Learning about Free & Open Source


#21

Thanx. I think that you in a broad sense need to question which parts of internet you choose to act within. This also boils down to society level.

  • Where on internet should we put our children who cant separate good from bad, truth from lies?
  • Where do we invest our common resources to the benefit for whom?
  • What causes real harm and suffering?
  • Where do we go for good, love, meaning and all the other existential question that always have made us humans?

Perhaps many of your good concerns and questions finds reason in the discussions on this. I dont know.


#22

Regarding kids, I am generally opposed to “nanny state” laws that assume parental duties that are in my opinion best left to the parents.


#23

Here, a perfect example on how we are forced to watch ads: https://m.slashdot.org/story/356372

In my view, this kind of behaviour from govt/corp is what is typical for our internet today.

Force feeding of Ads. NO means to escspe.


#24

I would love to meet soon. Before summer vacation would be great. Perhaps next week if you’re in Stockholm on Mo, Tu or Wed - or the week after? I reckon it would be interesting to visit https://jarvaveckan.se/ on 12th of 13th and explore if there are any software/digital initiatives represented there and willing to talk FOSS.

I’m considering hosting a prototype open workshop to flash Android phones with LineageOS.org for folks who wish to get rid of Google’s and OEM vendor bloatware. At https://GoTo10.se or similar. I know at least one non-techsavvy person who would be interested in that but I’m also wondering if there could be a crowd and if/how the prototype can be developed for kids/youth to learn more about hardware & devices.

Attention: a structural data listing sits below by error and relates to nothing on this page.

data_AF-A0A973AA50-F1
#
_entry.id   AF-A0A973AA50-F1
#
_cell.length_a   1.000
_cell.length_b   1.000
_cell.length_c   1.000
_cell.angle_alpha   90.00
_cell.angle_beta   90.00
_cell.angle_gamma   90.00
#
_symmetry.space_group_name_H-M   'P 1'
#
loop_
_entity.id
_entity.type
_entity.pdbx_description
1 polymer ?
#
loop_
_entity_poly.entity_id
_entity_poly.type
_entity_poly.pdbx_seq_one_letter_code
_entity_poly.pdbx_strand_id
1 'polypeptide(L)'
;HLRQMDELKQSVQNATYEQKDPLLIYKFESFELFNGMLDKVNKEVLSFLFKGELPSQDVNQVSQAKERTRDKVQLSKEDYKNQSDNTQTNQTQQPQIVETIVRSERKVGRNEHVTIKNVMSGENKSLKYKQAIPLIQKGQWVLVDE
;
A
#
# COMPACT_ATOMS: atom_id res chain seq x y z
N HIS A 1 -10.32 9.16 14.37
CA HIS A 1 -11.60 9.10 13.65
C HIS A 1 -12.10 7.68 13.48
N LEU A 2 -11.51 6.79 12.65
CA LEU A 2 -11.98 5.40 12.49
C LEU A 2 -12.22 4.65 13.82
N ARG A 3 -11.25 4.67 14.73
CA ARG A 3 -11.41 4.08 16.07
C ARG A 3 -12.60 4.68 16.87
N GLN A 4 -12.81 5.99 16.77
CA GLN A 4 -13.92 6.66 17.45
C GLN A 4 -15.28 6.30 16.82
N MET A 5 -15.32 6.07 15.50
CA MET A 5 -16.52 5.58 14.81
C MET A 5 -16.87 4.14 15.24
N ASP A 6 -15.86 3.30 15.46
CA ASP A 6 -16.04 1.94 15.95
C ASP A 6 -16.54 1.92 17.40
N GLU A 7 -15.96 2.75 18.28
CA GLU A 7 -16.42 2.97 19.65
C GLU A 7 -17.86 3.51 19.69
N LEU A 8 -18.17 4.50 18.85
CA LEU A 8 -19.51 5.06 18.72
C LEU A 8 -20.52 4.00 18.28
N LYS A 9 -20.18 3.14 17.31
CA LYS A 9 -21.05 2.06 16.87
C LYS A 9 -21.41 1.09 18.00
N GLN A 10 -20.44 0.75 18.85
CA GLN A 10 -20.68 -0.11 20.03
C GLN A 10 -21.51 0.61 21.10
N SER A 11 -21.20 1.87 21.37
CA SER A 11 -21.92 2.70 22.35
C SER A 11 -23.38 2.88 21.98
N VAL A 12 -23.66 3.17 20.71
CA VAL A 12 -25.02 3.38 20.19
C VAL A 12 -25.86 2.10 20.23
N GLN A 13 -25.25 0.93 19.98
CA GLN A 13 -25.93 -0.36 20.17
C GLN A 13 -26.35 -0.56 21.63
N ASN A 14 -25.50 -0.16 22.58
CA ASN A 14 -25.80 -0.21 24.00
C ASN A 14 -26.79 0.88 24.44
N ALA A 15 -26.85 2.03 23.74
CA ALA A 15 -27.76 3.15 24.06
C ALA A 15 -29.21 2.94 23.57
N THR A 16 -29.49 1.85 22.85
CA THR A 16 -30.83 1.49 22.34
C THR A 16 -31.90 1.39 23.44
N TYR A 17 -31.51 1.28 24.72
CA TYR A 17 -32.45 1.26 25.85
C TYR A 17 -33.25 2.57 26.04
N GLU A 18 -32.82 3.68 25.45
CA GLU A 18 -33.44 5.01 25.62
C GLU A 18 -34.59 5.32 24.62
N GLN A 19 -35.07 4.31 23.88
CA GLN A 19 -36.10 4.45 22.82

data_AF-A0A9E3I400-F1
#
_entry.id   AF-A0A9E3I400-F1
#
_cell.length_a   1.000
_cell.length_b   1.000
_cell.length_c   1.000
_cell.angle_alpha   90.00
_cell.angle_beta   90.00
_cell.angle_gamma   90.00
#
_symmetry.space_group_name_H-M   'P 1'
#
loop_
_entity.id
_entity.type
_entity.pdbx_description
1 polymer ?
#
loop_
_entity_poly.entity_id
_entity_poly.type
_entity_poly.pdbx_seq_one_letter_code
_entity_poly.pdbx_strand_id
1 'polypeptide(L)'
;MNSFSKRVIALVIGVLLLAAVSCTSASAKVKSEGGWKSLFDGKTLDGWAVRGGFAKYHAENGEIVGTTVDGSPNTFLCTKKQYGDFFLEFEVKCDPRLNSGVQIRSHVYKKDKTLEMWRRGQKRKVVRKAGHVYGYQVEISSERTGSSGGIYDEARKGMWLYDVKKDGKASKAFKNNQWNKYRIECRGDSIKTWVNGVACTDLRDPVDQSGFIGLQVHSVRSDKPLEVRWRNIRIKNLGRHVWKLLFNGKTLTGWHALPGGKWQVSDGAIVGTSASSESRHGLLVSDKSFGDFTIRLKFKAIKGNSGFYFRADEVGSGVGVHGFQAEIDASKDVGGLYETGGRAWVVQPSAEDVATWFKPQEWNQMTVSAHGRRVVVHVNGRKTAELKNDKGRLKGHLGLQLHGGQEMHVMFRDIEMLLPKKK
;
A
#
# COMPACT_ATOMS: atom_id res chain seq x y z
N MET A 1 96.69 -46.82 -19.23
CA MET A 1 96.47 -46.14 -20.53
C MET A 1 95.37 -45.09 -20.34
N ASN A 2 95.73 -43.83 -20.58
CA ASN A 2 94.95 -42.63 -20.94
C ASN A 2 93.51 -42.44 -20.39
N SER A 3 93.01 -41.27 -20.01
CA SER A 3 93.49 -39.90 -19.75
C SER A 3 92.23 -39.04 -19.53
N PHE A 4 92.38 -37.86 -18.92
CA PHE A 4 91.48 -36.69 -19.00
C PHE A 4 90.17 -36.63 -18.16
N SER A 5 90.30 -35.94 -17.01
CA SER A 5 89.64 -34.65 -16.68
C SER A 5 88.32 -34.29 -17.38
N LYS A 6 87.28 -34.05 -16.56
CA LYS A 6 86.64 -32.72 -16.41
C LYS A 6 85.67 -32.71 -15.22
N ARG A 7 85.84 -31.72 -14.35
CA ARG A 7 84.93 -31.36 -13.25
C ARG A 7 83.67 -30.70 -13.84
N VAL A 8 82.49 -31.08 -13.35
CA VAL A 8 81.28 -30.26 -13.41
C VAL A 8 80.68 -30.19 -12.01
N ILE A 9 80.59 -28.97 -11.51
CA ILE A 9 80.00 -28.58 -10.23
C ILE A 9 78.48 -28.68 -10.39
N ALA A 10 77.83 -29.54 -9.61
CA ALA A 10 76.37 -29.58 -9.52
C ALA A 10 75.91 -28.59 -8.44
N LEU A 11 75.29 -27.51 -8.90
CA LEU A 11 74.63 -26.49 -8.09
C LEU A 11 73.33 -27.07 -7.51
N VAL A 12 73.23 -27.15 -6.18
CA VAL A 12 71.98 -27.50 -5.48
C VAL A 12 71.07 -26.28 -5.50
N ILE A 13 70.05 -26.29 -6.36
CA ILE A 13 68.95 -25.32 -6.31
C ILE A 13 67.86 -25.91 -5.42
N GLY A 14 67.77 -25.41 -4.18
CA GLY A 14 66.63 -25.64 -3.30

#25

I guess time is a great measure - especially if one has continuously has been learning more and deeper or broader knowledge in the field.


#26

http://FFKP.se and http://morus.se/ did an interesting study on this comparing proprietary with FOSS in public sector municipality school. The conclusion was something like: it costed the same financially and the migration to FOSS costed time as people had to relearn things they knew well from the proprietary world (similar to Münich’s migration to FOSS). However, I it’s important to stress that when looking at this there are multiple other capitals that are changing which can be game changers, such as the social capital, as in FOSS with the idea of empowering the user (such as school kids) to read the source code of school systems and learn which opens up for building new intellectual capital and other capitals. This is a huge benefit to FOSS in comparison to proprietary which is not seen within an analysis only comparing the difference between financial capital.


#27

I always stress: There is no such thing as a free lunch. FOSS has nothing to do with money.

FOSS is about knowledge, freedom, trust/transparency, empowering and maybe a little community.

I dont care much for the economy personally. There will always be enough people that worry about those aspects. I’m focusing on the Human part of this in this context.


#28

I agree FOSS in itself has nothing to do with money.

For sure! I’m not too knowledgable about Linux/Debian/Ubuntu communities but from what I understand community seem to be a beneficial variable. Projects with great communities often thrives in comparison to the ones without.

Good point. I think the Human part in this context is what can have something to do with community, belonging, a sense of meaning and purpose in contrast to proprietary software that you can’t be a part of in the same way.